Federal statute tortuously defines a shotgun as “a weapon designed or redesigned, made or remade, and intended to be fired from the shoulder, and designed or redesigned and made or remade to use the energy of the explosive in a fixed shotgun shell to fire through a smooth bore either a number of ball shot or a single projectile for each single pull of the trigger.”
Oh. As with pornography, though, every shooter knows what a shotgun is when he sees it, based on its most distinguishing feature, its large, thin-walled, unrifled barrel.
So which is the shotgun of choice?
If we start with the double gun, we find that the days of the moderately priced, new in the box, American side-by-side (SxS) have long waned. A few years ago, Sturm & Ruger tried to bring out a SxS but ultimately had to abandon the project.
I believe the only easily affordable American-brand SxSs–and probably the only current American SxSs, period–are the Stoeger Uplander, which can be picked up for under $500, and the Mossberg International Silver Reserve II, around $1,000. Beyond that, continental-made SxSs, not to mention English best guns, generally start at mid-four-figure prices, and those for mere boxlocks; move to sidelocks and you will move the decimal point at least one-place to the right.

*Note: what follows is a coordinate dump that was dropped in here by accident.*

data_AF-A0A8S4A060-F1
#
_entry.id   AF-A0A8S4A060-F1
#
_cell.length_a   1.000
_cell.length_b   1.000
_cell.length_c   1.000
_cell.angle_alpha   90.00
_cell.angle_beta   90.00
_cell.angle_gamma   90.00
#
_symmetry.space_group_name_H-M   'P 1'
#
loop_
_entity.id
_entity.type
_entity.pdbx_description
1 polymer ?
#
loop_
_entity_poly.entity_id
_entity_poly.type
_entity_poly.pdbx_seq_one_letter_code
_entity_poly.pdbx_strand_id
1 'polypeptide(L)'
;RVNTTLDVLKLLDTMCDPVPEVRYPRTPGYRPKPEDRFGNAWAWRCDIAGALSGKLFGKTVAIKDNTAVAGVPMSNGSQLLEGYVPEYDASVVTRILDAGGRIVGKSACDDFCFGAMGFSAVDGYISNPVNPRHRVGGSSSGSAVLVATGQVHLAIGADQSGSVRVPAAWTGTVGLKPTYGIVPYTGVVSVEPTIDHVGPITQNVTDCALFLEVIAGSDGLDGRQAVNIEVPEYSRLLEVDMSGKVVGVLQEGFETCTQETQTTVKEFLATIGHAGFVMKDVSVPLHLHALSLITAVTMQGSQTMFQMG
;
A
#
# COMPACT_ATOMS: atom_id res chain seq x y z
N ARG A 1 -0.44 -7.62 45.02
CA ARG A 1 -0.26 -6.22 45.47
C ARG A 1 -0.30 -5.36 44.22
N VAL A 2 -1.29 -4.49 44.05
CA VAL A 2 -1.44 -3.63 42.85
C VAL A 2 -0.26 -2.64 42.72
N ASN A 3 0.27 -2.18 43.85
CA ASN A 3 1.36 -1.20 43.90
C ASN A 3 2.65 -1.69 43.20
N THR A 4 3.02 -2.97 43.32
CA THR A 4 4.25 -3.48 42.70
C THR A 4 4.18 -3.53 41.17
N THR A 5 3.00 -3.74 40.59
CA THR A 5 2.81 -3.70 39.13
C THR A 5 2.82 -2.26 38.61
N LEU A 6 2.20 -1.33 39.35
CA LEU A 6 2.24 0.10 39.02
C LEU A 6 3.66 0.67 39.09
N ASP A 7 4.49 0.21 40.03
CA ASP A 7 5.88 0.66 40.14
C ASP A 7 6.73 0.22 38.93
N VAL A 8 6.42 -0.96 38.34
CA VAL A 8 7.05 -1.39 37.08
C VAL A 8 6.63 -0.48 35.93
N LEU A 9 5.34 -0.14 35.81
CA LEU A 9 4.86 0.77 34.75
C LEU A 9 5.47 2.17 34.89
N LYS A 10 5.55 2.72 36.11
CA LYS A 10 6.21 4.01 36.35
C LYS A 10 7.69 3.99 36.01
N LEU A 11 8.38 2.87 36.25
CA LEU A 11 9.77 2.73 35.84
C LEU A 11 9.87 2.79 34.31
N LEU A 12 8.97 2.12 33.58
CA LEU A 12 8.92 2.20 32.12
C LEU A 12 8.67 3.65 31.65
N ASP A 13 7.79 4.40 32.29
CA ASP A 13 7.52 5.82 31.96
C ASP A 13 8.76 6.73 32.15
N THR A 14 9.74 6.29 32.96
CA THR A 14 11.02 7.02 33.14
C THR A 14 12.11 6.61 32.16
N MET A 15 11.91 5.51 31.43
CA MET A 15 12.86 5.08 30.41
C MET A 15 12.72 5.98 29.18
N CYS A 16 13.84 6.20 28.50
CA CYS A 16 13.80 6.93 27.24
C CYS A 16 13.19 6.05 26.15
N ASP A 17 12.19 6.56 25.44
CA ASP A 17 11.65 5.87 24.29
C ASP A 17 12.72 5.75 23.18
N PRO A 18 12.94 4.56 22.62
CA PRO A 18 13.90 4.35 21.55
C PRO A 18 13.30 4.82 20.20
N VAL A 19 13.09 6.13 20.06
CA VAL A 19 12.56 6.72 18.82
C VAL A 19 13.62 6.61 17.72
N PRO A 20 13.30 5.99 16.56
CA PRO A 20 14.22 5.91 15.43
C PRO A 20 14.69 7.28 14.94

Wood and engraving certainly contribute to the high cost of good shotguns, but there really isn’t a cheap way of making a truly decent SxS. Besides the expense of building locks and ejectors, one of the major factors that goes into the price of a SxS is regulating the barrels to shoot to the same place.
A quick comparison of the boxlock to the sidelock, by the way, shows that as the names imply, the locks, or firing mechanisms, are on the sides or in the action body itself.
Sidelocks are the Swiss watches of locks, their parts in best guns often hand polished to ridiculous degrees. Boxlocks rarely receive such lavish attention and yet perform admirably, although the sidelock is easier to detach for cleaning and repairing.
Over-and-unders (O/Us) can start at between $600 to a $1,000; and Stoeger and Mossberg are, again, the places to look for American brands in this easily affordable price range. Beyond that, prices for good-quality O/Us rise rather gradually.
Competitive target shooters use O/Us exclusively, except for those who wish to be intentionally eccentric. And unlike SxSs, a pistol grip on an O/U is not, necessarily, an unspeakable practice, as it tends to control the muzzle jump in comparison to the SxS.